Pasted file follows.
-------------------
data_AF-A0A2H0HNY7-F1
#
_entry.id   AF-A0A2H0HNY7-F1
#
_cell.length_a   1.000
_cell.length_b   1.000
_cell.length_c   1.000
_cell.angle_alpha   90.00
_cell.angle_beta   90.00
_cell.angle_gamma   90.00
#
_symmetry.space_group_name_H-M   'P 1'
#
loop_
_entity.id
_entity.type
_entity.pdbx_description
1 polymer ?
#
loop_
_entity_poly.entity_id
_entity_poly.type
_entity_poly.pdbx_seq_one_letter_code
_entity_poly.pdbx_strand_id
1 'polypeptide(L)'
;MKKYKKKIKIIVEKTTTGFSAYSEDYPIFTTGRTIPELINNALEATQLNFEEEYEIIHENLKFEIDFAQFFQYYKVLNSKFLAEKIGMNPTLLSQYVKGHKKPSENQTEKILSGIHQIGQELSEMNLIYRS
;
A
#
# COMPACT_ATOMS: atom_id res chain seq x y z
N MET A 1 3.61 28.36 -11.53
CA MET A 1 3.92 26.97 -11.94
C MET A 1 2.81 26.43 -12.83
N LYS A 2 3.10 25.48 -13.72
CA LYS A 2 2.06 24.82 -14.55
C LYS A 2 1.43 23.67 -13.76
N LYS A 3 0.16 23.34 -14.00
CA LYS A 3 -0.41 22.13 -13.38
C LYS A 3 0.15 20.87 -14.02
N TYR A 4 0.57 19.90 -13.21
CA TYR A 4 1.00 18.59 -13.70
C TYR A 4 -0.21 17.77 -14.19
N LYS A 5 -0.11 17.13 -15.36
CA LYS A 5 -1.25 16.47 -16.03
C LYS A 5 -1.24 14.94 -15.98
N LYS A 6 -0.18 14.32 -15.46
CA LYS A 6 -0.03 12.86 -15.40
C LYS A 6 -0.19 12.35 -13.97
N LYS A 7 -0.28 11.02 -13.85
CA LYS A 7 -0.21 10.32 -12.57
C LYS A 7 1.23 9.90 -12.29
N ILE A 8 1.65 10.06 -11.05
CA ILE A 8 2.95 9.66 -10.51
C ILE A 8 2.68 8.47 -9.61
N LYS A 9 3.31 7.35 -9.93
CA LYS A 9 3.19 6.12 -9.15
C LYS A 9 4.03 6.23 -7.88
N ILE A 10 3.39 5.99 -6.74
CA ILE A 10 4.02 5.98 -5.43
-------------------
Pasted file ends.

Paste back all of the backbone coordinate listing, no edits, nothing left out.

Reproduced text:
data_AF-A0A2H0HNY7-F1
#
_entry.id   AF-A0A2H0HNY7-F1
#
_cell.length_a   1.000
_cell.length_b   1.000
_cell.length_c   1.000
_cell.angle_alpha   90.00
_cell.angle_beta   90.00
_cell.angle_gamma   90.00
#
_symmetry.space_group_name_H-M   'P 1'
#
loop_
_entity.id
_entity.type
_entity.pdbx_description
1 polymer ?
#
loop_
_entity_poly.entity_id
_entity_poly.type
_entity_poly.pdbx_seq_one_letter_code
_entity_poly.pdbx_strand_id
1 'polypeptide(L)'
;MKKYKKKIKIIVEKTTTGFSAYSEDYPIFTTGRTIPELINNALEATQLNFEEEYEIIHENLKFEIDFAQFFQYYKVLNSKFLAEKIGMNPTLLSQYVKGHKKPSENQTEKILSGIHQIGQELSEMNLIYRS
;
A
#
# COMPACT_ATOMS: atom_id res chain seq x y z
N MET A 1 3.61 28.36 -11.53
CA MET A 1 3.92 26.97 -11.94
C MET A 1 2.81 26.43 -12.83
N LYS A 2 3.10 25.48 -13.72
CA LYS A 2 2.06 24.82 -14.55
C LYS A 2 1.43 23.67 -13.76
N LYS A 3 0.16 23.34 -14.00
CA LYS A 3 -0.41 22.13 -13.38
C LYS A 3 0.15 20.87 -14.02
N TYR A 4 0.57 19.90 -13.21
CA TYR A 4 1.00 18.59 -13.70
C TYR A 4 -0.21 17.77 -14.19
N LYS A 5 -0.11 17.13 -15.36
CA LYS A 5 -1.25 16.47 -16.03
C LYS A 5 -1.24 14.94 -15.98
N LYS A 6 -0.18 14.32 -15.46
CA LYS A 6 -0.03 12.86 -15.40
C LYS A 6 -0.19 12.35 -13.97
N LYS A 7 -0.28 11.02 -13.85
CA LYS A 7 -0.21 10.32 -12.57
C LYS A 7 1.23 9.90 -12.29
N ILE A 8 1.65 10.06 -11.05
CA ILE A 8 2.95 9.66 -10.51
C ILE A 8 2.68 8.47 -9.61
N LYS A 9 3.31 7.35 -9.93
CA LYS A 9 3.19 6.12 -9.15
C LYS A 9 4.03 6.23 -7.88
N ILE A 10 3.39 5.99 -6.74
CA ILE A 10 4.02 5.98 -5.43